Media Zone: Solving the Brand + DRTV Equation1 Jan, 2011 By: Timothy R. Hawthorne Response
Creating a streamlined campaign that integrates both image and DRTV commercials isn’t always easy, but it is worth it.
Mixing traditional advertising agencies with DRTV specialists can be a lot like pouring oil into water. While the two substances can exist in the same container without much problem, they never truly combine into one homogeneous mixture. And while there’s no question of DRTV’s value in a brand’s overall marketing strategy, traditional agencies still tend to view the medium — and the tactics used by producers and media buyers within the space — with a dose of skepticism.
I guess it stands to reason, seeing that the first crop of infomercials and DRTV spots weren’t exactly brand-worthy. Boisterous pitchmen hawked their wares while toll-free numbers flashed across the television screen, and overly anxious testimonials backed up products that claimed to solve the world’s problems. Production values trailed far behind those of traditional commercials, with most DRTV relegated to after-midnight time slots.
Fast-forward to 2011, and the direct response landscape is much different. A combination of self-regulation, government oversight and the realization that diminishing numbers of people would buy junk from grainy, yell-and-sell commercials at 2 a.m. pushed DRTV to new limits. Attracted to the medium for its accountability, measurability and ability to connect directly with consumers, the brands plowed their way into DRTV, thus lending it even more credibility.
But even the new face of DRTV hasn’t managed to convince all brand managers of the medium’s influence and viability. Many of them still tune out when they’re presented with the potential advantages of infomercials, and it’s somewhat understandable. Frankly, in most cases it would be foolish to eliminate image commercials from a media mix and replace them with a DRTV-only campaign.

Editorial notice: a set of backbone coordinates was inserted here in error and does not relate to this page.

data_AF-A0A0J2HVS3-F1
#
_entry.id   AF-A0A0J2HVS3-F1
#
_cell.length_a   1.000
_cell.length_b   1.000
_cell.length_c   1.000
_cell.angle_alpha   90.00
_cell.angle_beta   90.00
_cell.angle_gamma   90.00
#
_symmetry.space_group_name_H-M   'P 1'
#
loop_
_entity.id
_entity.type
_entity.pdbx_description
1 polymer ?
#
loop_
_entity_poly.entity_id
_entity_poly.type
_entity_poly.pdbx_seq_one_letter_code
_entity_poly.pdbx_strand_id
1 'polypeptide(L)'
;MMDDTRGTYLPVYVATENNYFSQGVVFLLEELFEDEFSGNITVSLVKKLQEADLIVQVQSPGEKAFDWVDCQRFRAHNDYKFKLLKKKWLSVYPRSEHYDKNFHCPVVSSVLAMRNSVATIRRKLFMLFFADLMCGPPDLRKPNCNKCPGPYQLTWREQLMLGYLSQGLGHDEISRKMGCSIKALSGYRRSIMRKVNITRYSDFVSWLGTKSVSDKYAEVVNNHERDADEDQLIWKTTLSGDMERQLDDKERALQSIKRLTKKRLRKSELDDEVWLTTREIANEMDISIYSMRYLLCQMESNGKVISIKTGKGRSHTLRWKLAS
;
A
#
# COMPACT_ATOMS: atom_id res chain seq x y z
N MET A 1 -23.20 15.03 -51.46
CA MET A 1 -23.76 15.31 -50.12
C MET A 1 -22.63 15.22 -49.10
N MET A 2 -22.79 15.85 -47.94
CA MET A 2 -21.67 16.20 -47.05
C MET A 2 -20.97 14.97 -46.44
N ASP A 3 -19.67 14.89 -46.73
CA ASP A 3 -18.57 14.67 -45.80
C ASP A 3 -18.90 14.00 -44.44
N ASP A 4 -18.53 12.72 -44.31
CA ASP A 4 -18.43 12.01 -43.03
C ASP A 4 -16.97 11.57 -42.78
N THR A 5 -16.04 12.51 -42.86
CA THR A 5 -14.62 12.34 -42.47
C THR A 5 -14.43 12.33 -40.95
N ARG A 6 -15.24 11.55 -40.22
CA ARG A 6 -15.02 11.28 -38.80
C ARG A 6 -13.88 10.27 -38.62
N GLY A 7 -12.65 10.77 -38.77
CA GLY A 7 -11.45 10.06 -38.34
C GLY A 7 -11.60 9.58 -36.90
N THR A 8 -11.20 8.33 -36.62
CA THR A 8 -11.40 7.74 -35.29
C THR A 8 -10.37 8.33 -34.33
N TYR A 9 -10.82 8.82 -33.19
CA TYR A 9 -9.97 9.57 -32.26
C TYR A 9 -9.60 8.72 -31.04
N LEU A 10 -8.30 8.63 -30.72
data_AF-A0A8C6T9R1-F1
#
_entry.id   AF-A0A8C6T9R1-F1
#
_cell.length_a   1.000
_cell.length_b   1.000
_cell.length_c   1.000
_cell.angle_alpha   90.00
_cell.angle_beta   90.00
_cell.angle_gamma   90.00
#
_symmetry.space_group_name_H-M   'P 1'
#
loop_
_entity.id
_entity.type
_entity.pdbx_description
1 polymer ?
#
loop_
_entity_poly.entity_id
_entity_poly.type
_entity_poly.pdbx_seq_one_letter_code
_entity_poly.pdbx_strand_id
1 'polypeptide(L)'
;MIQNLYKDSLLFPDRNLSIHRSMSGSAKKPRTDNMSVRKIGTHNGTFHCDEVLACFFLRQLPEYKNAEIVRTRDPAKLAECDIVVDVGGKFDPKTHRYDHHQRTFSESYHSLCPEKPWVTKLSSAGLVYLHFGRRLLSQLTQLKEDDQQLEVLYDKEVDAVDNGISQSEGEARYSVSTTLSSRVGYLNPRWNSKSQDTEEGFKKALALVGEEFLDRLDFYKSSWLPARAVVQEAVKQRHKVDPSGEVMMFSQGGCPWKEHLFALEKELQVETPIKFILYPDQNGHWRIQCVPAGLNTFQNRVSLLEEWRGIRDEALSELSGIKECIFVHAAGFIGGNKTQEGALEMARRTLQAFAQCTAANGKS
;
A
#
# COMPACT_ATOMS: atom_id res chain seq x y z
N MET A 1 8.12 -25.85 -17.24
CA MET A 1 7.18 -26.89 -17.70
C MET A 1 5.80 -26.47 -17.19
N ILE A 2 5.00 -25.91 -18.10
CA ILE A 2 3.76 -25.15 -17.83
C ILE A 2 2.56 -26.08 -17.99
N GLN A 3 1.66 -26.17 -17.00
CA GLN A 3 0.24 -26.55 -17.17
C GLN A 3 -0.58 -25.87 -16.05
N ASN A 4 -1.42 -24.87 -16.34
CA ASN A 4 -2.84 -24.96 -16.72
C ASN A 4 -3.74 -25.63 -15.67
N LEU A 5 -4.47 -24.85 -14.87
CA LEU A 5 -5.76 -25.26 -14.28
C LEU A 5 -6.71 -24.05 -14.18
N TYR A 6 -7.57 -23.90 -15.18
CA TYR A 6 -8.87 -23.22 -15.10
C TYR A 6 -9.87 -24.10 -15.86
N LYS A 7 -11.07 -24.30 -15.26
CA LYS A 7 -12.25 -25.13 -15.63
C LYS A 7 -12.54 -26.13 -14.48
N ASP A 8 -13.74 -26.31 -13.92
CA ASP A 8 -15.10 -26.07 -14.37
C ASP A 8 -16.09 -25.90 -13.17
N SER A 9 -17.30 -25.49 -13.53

Enter the oil-and-water equation. Time and time again, we’ve seen that, despite the pushback from traditional advertising agencies, image spots and DRTV work together beautifully. One supports the other. Where the shorter formats massage the consumer’s mind with positive associations, personality and feelings about a product or service, DRTV commercials lead viewers to the next stage.
DRTV picks up where branding leaves off by persuading consumers to take action by picking up the phone, visiting a Web site or catching a closer look during their next trip to the mall. A long-form DRTV program allows enough time to fully educate and excite an interested audience about a product, thanks to the 30 minutes a marketer has to take the viewer step-by-step through the persuasion process.
And of course there’s the added benefit of DRTV creating brands, not just promoting existing brands. Famous brands like Proactiv Solution, Magic Jack, OxiClean, OrangeGlo, the George Foreman Grill, Beachbody, Snuggie, bareMinerals and Euro-Pro were birthed by DRTV and live on in retail — launched into mega brands at a fraction of the usual $150 million to $200 million to create a standard brand.
Such successes have driven more than one general advertising agency into the DRTV arena. After all, they thought to themselves, how hard could it be? The problem is that these agencies aren’t equipped to handle direct response. DR agencies have years of proven response-generating techniques that traditional agencies are unfamiliar with. Those of us who specialize in this category understand the delicate touch points in the human psyche that can stimulate an immediate response — absolutely essential for creating self-sustaining marketing campaigns.
General agencies are catching onto these nuances, and either referring their clients’ DRTV work to specialists, or hiring those experts to handle that particular aspect of a client’s campaign. We’ve worked quite successfully with a dozen major agencies over the past 17 years. The relationships aren’t always easy to manage, and their success or failure often depends on whether the traditional agency staff can check their egos at the door and allow direct response experts to do their jobs. When that happens, everyone wins, especially the client. ■